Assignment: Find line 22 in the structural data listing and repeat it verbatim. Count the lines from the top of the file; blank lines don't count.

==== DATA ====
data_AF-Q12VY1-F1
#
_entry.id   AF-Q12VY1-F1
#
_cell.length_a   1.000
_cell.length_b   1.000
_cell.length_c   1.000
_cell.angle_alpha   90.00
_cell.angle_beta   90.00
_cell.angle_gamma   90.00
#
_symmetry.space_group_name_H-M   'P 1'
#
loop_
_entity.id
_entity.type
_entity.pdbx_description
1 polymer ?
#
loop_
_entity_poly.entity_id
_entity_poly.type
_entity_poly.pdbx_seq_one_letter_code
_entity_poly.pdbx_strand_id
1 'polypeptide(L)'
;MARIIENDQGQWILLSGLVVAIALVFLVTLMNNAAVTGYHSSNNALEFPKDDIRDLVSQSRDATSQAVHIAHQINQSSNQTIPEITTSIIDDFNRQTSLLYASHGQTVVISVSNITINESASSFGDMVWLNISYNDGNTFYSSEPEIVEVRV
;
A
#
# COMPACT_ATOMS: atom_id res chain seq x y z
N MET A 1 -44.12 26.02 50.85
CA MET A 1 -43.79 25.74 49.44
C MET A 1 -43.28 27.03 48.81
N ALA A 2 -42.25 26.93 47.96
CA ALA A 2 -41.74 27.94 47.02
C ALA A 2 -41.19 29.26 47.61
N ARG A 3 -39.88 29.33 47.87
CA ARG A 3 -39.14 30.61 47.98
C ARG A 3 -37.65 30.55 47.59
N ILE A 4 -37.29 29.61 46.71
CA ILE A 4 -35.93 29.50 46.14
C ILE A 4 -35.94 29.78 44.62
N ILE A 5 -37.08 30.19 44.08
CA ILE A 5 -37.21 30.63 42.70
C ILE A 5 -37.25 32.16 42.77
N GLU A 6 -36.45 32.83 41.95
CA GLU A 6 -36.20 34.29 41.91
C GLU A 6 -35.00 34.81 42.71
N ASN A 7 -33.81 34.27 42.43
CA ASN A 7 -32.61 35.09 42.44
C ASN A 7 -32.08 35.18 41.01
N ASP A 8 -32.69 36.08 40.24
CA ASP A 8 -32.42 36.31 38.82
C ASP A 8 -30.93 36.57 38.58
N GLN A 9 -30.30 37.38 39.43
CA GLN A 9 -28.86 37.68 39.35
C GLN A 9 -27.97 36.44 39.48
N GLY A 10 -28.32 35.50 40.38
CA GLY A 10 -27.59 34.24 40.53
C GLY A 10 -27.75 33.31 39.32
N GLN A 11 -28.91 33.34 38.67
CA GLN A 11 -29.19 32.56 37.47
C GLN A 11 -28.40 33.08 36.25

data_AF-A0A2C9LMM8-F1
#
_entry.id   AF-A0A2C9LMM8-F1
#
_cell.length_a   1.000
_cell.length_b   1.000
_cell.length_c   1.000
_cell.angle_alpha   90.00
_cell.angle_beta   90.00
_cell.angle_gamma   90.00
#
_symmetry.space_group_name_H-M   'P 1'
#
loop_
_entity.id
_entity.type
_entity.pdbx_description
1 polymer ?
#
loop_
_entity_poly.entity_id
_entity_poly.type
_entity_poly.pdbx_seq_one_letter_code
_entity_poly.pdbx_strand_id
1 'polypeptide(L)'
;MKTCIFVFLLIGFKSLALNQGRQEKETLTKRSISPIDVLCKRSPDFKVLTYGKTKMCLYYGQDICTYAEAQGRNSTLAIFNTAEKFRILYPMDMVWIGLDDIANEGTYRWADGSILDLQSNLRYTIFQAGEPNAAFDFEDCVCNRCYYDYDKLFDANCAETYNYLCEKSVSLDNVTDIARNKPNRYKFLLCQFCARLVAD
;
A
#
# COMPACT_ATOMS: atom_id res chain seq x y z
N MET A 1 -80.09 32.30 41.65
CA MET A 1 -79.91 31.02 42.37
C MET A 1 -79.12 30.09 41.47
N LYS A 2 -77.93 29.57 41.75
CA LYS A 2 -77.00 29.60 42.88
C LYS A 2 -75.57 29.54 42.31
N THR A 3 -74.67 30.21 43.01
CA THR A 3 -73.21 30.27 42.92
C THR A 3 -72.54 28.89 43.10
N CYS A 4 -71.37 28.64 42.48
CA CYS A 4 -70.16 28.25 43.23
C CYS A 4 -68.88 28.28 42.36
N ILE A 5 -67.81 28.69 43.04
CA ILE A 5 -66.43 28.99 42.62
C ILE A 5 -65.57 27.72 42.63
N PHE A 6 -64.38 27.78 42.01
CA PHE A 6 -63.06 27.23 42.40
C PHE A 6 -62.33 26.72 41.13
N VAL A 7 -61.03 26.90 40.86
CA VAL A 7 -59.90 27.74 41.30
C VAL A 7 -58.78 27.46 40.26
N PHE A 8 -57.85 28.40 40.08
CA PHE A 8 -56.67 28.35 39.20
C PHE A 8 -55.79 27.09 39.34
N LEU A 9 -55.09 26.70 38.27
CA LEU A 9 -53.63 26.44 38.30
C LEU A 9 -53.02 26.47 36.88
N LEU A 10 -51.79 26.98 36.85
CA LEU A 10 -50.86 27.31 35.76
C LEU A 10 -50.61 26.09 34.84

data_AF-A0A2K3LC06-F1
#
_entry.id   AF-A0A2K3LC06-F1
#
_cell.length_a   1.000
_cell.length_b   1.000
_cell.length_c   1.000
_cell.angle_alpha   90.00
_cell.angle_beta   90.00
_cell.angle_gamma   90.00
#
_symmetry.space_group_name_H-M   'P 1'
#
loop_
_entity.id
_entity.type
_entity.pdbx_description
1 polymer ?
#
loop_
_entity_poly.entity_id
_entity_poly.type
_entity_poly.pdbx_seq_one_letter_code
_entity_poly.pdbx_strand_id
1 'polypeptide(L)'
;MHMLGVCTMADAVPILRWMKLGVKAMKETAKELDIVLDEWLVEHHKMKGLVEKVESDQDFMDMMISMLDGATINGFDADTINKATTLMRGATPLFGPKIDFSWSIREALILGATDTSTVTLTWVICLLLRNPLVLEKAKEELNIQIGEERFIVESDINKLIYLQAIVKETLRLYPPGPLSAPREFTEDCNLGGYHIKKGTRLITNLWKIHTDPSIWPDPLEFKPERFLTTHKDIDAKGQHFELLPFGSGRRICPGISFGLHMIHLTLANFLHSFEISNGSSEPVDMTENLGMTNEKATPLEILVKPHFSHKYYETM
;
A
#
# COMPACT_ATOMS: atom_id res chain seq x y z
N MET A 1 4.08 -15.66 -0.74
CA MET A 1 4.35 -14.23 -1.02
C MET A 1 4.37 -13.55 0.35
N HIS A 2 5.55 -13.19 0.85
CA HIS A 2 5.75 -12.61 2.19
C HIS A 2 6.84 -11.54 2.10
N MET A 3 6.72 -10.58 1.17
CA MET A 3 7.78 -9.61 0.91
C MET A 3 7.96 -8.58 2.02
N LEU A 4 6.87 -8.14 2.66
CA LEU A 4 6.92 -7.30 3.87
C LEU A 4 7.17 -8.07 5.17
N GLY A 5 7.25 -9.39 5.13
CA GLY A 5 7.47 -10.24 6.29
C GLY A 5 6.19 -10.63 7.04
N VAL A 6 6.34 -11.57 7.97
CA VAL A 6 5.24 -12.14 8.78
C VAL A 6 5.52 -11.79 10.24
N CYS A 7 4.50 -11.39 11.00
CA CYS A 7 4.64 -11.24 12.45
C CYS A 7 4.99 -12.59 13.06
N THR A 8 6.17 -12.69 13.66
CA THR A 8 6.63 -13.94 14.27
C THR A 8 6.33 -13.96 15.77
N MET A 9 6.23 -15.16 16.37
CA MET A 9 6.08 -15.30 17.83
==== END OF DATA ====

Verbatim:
_entity_poly.type